Beginner's Guide to Programming -

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What standard programming languages are out there?

If you want to create programs that are executable on your computer, the languages below will apply.

As to what language to use, unfortunately the answer isn’t usually clear cut. Its kind of like asking what you would like to major in in college. If you already know exactly what you want to do and why, you can work your way to an answer. If you don’t know exactly what you want to do and why, there may be some experimenting involved.

Unless you have a specific need to use another language, I would recommend starting only with one of the below four languages:

Visual Basic – If don’t mind limiting your applications to windows, and you want to create useful tools that will be relatively small scale, and you want something you can learn quickly and easily, Visual Basic is a great place to start.

C – If you are concerned about using your programs on operating systems other than windows, want a language that is very popular and well supported, and want to learn a more powerful programming language, C is a good place to start. C is a very powerful function based language that has been around for years. It is well supported, well documented and still in wide use today.

C++ – If you want to learn a very powerful and cross platform language that is the standard in large scale program creation today, C++ would be a good choice. C++ is an “object oriented” programming language, which is considered the new paradigm in languages (as opposed to a function based language like C). C++ can be used on a functional basis, and supports a lot of C code as well.

Java – If you want your programs to be internet based, or if you know you want your programs to run on multiple platforms, and/or you want to know what all the fuss is about, Java may be your best choice in language. Java may also be your best choice if you want to learn a more complex language and you will be the only one using your applications. We say that because in order to run your applications a user with need the java runtime software installed on their machine, and not all users will have it installed and/or know how to do so easily. There are pluses and minuses to starting here as a beginner. It isn’t as easy to create visual based windows programs as other programming languages. It doesn’t actually create executables, which is counter-intuitive for new programmer and most users. It does have it’s benefits though, as it is object oriented like C++ but it avoid some common traps that are likely to be difficult for beginners. Java is thought by some to be the wave of the future and is often taught by schools these days as the primary language of use, but VB, C and C++ are also widely used today.

Other languages you will hear mentioned often:

COBOL – COmmon Business Oriented Language – is primarily used in big business applications that are data and text/number heavy. It is has been around for a long time and is still widely used, but short of wanting to learn it to get a specific job we don’t recommend it for beginning programmers.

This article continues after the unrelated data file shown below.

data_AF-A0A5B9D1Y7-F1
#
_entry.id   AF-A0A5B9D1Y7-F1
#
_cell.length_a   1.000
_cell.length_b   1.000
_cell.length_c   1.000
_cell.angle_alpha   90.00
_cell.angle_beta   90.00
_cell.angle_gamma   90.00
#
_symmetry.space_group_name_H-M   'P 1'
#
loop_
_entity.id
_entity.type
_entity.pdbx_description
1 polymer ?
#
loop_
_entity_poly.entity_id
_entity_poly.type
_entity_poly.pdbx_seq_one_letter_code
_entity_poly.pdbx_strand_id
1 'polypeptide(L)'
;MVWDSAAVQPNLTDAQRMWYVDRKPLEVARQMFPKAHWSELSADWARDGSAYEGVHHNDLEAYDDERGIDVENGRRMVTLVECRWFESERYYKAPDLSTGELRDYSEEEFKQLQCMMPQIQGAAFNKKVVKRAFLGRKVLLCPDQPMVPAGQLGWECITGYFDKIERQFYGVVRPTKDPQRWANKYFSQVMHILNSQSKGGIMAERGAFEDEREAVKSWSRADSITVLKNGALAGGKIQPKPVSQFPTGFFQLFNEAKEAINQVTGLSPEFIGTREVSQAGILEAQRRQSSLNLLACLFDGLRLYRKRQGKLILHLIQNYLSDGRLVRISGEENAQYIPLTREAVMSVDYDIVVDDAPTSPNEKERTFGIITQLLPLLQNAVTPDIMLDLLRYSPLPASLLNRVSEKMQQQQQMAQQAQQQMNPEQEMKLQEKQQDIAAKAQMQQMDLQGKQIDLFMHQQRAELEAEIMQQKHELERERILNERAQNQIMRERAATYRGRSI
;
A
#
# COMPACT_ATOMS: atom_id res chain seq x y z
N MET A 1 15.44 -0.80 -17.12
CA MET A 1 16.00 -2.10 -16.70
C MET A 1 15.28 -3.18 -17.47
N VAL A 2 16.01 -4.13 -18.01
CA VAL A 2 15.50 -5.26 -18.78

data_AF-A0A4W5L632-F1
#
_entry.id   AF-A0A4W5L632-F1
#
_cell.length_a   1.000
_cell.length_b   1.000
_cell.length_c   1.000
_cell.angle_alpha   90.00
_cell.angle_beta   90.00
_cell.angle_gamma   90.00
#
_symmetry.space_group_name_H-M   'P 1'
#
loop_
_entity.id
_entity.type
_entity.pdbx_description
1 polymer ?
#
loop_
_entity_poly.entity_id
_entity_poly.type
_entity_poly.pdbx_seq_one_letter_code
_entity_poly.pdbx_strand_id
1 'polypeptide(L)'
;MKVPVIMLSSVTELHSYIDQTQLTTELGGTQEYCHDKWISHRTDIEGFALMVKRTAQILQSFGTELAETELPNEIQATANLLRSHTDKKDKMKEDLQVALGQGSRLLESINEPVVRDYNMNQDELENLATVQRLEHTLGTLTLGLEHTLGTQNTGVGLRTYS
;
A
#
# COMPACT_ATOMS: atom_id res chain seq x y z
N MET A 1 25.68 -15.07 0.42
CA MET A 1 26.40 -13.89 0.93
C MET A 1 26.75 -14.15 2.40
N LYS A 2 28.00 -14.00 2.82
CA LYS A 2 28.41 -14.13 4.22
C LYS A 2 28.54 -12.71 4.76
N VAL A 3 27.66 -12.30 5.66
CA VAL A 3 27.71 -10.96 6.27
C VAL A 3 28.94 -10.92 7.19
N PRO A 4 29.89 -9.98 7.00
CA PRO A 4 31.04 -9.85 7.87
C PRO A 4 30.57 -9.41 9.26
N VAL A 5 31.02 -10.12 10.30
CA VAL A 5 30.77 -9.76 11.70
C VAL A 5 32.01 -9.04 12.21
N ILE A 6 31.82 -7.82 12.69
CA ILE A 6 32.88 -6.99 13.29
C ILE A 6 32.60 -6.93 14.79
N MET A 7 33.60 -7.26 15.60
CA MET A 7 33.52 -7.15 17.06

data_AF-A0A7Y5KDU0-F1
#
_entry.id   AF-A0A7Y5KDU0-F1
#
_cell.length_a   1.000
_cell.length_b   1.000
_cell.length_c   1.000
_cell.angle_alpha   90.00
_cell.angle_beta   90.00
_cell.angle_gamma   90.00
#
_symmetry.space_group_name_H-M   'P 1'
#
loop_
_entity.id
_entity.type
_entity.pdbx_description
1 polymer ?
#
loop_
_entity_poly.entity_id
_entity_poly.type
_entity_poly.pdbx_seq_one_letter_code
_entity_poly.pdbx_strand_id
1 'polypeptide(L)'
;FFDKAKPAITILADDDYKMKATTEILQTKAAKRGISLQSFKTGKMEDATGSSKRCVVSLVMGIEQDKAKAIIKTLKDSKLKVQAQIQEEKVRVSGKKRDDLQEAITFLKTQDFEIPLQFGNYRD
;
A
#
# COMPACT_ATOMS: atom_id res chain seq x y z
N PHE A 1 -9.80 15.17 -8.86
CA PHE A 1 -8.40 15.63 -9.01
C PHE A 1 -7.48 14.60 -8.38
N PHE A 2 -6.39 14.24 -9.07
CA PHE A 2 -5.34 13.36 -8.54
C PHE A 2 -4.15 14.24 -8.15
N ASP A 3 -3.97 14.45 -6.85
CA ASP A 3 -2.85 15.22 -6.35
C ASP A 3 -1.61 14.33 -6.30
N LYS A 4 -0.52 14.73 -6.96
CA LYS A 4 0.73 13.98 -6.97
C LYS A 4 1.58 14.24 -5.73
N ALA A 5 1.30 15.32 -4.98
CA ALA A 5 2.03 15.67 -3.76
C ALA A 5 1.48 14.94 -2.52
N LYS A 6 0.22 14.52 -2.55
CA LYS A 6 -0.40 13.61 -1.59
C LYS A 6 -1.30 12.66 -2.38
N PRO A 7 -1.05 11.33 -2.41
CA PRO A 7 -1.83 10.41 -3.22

C# - “C Sharp” is Mircosoft’s attempted answer to Java. It is relatively new, somewhat based on C/C++ and tries to incorporate some of the same internet functionality as Java without being cross-platform. We don’t recommend this language for beginners, as it is not in widespread use at this point and is limited only to Microsoft operating systems.

Pascal – Pascal was designed as a language to teach good programming skills, as it requires a very disciplined approach when writing the code. Pascal is not considered as strong or powerful a language as C, C++ or Java. It is still in use today, but it not recommended for the pure beginner simply because the other languages mentioned are more supported and commonly used.

What languages do I want to use for Web programming?

HTML – HyperText Markup Language – This is the standard language for web browsers to interpret information from the internet. All the formatting of text, pictures, colors, backgrounds, link creation, etc. is done in HTML. HTML is not very difficult to learn, and in fact there are many programs available that will do a lot of the coding behind the scenes for you. If you just want to create basic webpages, this is the route you will want to go.

PHP – PHP stands for “PHP Hypertext Preprocessor” – notice the first P actually stands for PHP in the acronym, a little technique some creators like to use when naming their programs. PHP is a more advanced language for web display, and allows you to use variables as well as hide your code from the outside world. PHP also allows you to connect to databases in your webpages, allowing for more complex and interactive content than HTML.

MySQL – though not a web programming language, MySQL is a database programming language that is often used in conjunction with PHP to post web content. MySQL is a free for the personal user, and uses commands that actually seem logical when creating and accessing content. If you are going to create a webpage that needs a database for content (you may not know you need one, but depending on what you want to do you might), you are likely going to use MySQL on your webserver.